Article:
I've seen trail crews use some very elaborate, reliable, and highly effective hangs for base camps where large quantities of non-freeze dried foodstuffs must be protected and where "don't cook within a mile of where you sleep" is just not possible.
That said, I personally do not feel that high hanging is worth the time, effort, and frustration for camps that move every day. There is a real possibility that if you do get it up high enough, you can not get it back down. Then what?
Take a good look at the types of trees along the PCT. WA and OR are mostly conifers - primarily Douglas Fir. The first branch is often 40 feet or more off the ground, and the branches tend to be grouped together (the Sequoia is a master at this). Tossing anything over one of them is iffy at best; and impossible with a Sequoia.
In many years of backpacking in OR and WA, I've slept with or very near, my food bag without bear problems. I do hedge my bets by putting my trash in an odorproof bag hung about 3 feet off the ground about 100 feet away from camp.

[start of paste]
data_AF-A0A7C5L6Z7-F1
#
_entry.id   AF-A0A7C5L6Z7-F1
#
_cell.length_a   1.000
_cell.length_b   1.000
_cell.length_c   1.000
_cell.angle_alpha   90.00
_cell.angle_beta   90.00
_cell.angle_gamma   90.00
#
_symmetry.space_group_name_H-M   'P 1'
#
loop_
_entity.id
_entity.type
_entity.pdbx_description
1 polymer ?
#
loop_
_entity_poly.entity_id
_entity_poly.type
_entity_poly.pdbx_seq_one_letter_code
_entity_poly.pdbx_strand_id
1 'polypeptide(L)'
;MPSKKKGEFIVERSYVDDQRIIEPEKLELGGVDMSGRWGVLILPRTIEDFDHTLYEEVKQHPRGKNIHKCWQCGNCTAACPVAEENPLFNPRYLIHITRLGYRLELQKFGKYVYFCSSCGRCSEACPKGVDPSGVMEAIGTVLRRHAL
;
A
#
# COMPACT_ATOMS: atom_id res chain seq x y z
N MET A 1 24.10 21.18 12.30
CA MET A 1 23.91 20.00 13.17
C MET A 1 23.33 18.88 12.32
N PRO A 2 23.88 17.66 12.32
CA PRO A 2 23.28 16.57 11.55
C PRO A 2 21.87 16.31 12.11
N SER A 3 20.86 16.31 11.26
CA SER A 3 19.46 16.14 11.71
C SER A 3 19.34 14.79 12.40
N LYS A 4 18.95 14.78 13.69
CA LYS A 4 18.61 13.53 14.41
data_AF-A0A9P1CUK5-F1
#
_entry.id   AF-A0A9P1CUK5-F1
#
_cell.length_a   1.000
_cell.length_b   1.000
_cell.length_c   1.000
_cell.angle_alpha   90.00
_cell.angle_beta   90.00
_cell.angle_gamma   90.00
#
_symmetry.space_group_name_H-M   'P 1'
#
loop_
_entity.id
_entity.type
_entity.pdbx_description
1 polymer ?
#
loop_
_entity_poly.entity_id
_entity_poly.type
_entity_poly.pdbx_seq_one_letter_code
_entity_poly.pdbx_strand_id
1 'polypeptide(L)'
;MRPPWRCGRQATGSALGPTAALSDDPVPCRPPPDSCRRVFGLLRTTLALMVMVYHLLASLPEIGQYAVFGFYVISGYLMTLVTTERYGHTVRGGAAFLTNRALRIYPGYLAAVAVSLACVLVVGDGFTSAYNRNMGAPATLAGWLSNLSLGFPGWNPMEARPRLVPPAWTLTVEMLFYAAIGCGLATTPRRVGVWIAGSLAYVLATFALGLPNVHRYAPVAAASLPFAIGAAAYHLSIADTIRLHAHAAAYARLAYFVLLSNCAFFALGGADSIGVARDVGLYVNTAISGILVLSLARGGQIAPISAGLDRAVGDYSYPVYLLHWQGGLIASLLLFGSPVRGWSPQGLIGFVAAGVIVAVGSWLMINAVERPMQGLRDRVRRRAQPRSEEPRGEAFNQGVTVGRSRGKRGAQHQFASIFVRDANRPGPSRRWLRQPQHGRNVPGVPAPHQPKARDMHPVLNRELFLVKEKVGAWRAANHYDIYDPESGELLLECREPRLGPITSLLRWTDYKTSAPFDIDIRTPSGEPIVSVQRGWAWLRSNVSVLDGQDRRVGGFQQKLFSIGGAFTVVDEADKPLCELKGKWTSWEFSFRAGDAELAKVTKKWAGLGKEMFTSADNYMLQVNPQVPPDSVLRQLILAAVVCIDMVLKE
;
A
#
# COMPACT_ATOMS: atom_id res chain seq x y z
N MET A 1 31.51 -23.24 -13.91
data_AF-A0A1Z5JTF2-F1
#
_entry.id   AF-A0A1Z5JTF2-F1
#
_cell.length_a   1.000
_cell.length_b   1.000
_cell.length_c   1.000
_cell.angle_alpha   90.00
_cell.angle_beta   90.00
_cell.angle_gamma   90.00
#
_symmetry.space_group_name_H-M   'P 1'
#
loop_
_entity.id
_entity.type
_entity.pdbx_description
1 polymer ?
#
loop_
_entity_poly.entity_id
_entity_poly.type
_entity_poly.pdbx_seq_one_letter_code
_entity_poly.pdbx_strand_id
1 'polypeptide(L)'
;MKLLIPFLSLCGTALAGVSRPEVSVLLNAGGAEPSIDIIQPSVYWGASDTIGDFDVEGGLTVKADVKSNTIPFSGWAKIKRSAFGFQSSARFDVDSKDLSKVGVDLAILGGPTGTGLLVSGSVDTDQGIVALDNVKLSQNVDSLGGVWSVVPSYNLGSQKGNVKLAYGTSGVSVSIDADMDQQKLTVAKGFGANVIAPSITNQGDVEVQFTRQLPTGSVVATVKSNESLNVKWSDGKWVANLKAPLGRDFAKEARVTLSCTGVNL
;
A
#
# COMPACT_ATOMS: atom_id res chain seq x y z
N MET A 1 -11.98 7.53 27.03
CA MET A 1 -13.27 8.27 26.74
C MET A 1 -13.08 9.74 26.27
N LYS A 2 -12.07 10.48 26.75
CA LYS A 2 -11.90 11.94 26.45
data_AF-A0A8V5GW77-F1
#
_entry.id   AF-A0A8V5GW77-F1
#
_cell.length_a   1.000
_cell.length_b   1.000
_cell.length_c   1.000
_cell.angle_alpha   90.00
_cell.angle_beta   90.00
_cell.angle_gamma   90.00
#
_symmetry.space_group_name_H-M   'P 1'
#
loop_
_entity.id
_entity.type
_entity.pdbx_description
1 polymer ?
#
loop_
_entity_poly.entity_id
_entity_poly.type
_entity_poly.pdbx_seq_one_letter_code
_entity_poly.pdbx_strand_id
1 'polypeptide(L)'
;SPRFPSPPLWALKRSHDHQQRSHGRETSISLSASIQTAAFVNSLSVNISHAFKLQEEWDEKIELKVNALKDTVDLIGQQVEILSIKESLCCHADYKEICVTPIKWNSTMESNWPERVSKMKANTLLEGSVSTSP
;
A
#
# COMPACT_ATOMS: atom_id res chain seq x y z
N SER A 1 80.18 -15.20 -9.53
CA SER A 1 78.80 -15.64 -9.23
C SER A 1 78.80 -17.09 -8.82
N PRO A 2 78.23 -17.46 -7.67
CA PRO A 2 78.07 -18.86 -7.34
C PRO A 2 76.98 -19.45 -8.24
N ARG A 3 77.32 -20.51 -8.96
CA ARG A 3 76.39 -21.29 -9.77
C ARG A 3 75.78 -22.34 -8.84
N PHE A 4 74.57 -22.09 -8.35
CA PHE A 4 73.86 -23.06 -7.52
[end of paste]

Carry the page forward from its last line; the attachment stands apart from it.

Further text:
Numerous airborne camp robbers have swooped in to help themselves to whatever was handy when I turned my back, and I did lose one bag of gorp to a banzai charge by field mice during the night, but only because I foolishly left it on my hat instead of hanging from my trekking pole.
Using bear cans in the Sierras make sense because much of the trail is above timberline (aka no trees). Below timberline, the bears are well schooled in the subtle art of taking down hangs. That's why they're not legal methods of food protection in Yosemite NP. suck it up, carry the extra weight of the canister, and sleep soundly at night, knowing your food will be safe. Yogi might move the can (if you don't place it right) but he can't get into it (assuming you closed it right).